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A single tax on "extreme" wealth would generate $60 billion

A single tax on “extreme” wealth would generate $60 billion

A single “maximum” wealth tax could bring Canada between $44 billion and $60.7 billion over five years, according to two scenarios assessed by the Parliamentary Budget Officer (PBO).

The idea, put forward by Liberal Representative Nathaniel Erskine Smith, in a proposal he submitted in February, was to “help pay for the pandemic response” to the federal government.

The single tax would work like this: Families with wealth over $10 million would have to pay 3% on assets over that limit. Then the tax rate rises to 5% for the value of assets in excess of $20 million.

The analysis was conducted on the basis of two hypotheses, called “behavioral responses,” based on families’ desire to hide their wealth through tax evasion and evasion schemes.

Initially, families will attempt to reduce the total value of their taxable income by 35%. By doing this, the number of families that would be taxed would be 46,805, against a taxable tax base of $1,008 billion and taxes levied would come to $44 billion.

In the second, these families would use the same schemes, but to reduce their taxable wealth by 15%. This assumption increases the number of families subject to tax from 46,805 to 68,686, and will increase the total amount withdrawn to $60.7 billion.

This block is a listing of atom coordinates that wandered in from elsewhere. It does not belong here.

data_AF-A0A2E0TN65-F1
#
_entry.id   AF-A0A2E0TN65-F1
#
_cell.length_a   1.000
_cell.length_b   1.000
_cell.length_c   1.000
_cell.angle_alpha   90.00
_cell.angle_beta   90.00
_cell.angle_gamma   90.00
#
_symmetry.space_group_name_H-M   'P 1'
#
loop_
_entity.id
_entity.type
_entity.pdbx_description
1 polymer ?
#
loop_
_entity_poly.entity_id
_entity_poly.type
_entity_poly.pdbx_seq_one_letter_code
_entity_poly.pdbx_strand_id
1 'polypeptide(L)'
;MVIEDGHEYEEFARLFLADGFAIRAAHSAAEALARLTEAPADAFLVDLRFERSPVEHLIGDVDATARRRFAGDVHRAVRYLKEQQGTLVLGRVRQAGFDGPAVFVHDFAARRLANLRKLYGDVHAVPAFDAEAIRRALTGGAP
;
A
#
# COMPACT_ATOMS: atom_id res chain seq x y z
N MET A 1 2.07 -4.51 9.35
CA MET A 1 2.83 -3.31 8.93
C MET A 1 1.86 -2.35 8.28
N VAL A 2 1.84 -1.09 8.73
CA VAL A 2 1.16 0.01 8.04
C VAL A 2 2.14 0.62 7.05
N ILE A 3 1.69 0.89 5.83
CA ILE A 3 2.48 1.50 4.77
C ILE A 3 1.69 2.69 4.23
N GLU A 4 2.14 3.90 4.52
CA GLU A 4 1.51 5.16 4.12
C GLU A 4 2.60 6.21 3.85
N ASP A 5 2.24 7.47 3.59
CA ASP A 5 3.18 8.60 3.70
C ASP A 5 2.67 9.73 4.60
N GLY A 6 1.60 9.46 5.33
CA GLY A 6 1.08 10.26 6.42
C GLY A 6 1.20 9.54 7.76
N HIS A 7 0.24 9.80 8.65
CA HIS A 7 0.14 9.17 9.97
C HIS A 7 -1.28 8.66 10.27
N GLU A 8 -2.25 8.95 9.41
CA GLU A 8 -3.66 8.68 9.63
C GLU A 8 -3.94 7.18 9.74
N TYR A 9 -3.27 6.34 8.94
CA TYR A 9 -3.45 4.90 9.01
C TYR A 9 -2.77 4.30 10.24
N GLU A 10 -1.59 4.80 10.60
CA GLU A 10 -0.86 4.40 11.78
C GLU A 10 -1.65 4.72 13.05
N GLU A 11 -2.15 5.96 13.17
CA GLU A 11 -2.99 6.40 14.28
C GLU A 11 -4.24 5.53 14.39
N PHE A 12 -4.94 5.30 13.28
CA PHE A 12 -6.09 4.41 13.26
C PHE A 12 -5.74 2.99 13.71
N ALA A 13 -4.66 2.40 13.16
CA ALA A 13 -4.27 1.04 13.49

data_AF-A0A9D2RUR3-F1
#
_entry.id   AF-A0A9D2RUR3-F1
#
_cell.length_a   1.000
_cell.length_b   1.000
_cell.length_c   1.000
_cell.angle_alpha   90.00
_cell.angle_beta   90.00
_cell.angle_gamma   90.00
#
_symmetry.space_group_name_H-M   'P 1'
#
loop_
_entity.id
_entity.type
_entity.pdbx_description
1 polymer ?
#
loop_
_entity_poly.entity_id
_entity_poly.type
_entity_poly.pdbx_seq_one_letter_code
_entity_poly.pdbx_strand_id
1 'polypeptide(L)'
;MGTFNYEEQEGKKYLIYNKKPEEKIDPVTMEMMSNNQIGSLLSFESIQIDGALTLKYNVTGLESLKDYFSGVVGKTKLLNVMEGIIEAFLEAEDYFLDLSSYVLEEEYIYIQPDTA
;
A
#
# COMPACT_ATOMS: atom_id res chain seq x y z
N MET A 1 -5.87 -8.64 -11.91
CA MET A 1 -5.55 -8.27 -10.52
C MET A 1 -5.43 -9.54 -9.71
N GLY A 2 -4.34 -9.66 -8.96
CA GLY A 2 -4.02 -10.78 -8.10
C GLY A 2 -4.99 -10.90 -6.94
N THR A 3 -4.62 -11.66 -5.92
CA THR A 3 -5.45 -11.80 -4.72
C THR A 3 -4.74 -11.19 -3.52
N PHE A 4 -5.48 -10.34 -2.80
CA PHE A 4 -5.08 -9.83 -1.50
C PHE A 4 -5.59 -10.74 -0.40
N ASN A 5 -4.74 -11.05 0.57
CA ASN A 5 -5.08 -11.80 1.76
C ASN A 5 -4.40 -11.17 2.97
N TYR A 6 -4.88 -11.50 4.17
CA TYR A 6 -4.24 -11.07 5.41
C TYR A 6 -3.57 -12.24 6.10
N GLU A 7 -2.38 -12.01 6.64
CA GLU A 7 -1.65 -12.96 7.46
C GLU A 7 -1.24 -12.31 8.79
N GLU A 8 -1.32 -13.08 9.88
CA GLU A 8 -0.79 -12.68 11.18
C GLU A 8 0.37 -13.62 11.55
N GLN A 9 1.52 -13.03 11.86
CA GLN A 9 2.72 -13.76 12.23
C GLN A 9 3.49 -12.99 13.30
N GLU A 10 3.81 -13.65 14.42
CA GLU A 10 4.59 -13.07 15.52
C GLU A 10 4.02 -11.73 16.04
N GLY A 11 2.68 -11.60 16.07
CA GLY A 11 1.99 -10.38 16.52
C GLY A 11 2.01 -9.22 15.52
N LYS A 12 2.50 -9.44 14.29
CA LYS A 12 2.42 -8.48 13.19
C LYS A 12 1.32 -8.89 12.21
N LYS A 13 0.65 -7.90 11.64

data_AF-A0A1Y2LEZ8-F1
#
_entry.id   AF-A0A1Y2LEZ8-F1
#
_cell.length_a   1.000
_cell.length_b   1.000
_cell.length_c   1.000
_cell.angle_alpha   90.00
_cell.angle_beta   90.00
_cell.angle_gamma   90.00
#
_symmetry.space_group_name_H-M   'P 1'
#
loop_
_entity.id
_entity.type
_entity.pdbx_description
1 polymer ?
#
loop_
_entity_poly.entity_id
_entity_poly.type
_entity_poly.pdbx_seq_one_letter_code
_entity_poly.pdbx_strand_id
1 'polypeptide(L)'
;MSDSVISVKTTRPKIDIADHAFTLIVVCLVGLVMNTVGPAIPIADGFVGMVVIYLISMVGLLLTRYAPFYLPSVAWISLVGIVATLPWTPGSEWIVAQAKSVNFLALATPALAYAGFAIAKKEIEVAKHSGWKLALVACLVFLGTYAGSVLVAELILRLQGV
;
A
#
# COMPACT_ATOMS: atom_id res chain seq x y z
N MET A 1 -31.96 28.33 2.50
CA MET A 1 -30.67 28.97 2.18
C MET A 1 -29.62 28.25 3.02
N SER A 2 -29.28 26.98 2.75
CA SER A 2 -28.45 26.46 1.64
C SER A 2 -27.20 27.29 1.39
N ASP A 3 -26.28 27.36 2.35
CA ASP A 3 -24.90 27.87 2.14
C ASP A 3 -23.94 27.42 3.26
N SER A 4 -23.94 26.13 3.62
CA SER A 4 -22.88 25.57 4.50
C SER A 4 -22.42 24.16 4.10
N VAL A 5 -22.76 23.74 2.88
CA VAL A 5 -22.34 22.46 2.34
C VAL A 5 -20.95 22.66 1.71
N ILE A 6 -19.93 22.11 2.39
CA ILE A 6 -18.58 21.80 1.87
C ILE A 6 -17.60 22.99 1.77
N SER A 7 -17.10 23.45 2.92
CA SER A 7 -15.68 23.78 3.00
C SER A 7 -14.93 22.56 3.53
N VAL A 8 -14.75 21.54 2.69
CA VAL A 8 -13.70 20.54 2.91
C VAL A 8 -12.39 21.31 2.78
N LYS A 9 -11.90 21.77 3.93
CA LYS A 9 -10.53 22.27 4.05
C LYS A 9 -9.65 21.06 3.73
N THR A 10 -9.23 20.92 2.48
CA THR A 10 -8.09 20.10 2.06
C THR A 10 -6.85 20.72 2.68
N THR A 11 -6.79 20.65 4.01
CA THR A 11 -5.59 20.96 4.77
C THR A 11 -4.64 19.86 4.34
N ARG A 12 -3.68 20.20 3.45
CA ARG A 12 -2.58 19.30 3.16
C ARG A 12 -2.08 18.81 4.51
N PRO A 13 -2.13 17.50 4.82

Since the tax is such a large sum for families, Representative Erskine Smith suggested that the amount owed to the government, even if applied only once, be divided over a five-year period in order not to damage the cash flow of families whose business operations suffer a very sudden shock.

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In the report, the amount to be paid will remain the same over a period of five years, but the terms of a possible bill for this purpose are outside the scope of consideration.

The report’s authors stress that it is difficult to know for sure the value of private assets. They say the actual number of households with assets exceeding $10 million can be underestimated.